Some four years after the demise of the Nice, bassist/vocalist Lee Jackson and drummer Brian Davison finally found a way of profiting from the prog rock gravy train they'd helped set in motion. With Patrick Moraz filling Keith Emerson's capacious boots, they recorded an album that in many ways surpasses anything the Nice ever recorded, and one whose ambition more than matched Emerson's new outfit, ELP. It helped that along with the standard panoply of prog keyboards -- organ, piano, clavinet, Mellotron, and Moog -- Moraz brought with him a jazz feel that clearly energized the rhythm section. Though there's no shortage of de rigueur complex time signatures here, this is also a band with fire in its belly, nowhere more so than in the last five minutes of the extended "Credo," where Jackson's bass runs and Davison's drumming combine to truly thrilling effect. Jackson's voice has always divided fans between those who find it an appalling croak, and those who relished its wry phrasing, but it has never sounded more impassioned than it does here. Perhaps the instrumentals "Papillon" and "Ritt Mickley" are a little too pleased with themselves to strike an emotional response. Yet elsewhere, despite the fearsome complexity of Moraz's arrangements and the odd lapse into portentousness, there is usually a soaring melody line to quell any doubts. All told Refugee's only album delivered enough to suggest that they could have delivered at least another two killer blows before punk finished them off. In the event, it functioned purely as a convenient shop window for Yes, who were in the market for a new keyboard player after Rick Wakeman's departure.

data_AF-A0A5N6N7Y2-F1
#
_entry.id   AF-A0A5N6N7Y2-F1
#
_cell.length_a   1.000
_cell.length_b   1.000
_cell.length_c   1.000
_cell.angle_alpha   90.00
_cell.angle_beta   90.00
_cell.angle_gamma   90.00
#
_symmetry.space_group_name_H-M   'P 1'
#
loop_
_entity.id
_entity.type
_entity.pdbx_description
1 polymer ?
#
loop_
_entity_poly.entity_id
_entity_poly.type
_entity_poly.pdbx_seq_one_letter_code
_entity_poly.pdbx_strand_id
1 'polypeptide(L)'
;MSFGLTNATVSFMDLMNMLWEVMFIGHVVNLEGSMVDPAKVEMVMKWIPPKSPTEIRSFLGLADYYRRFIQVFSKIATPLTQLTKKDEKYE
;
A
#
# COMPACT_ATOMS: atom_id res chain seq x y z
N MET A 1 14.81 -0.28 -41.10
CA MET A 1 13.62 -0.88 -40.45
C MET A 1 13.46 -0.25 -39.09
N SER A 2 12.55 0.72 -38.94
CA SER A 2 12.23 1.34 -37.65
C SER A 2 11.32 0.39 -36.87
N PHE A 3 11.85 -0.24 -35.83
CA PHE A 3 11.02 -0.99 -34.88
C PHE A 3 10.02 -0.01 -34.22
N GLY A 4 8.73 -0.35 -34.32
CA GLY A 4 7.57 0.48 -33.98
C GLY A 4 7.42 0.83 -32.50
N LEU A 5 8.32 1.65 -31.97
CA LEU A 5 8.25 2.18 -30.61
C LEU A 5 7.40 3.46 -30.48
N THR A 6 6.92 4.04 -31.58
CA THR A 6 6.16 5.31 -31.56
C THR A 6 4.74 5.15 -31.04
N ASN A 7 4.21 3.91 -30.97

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AllMusic Review by Christopher Evans
feat: Patrick Moraz
feat: Lee Jackson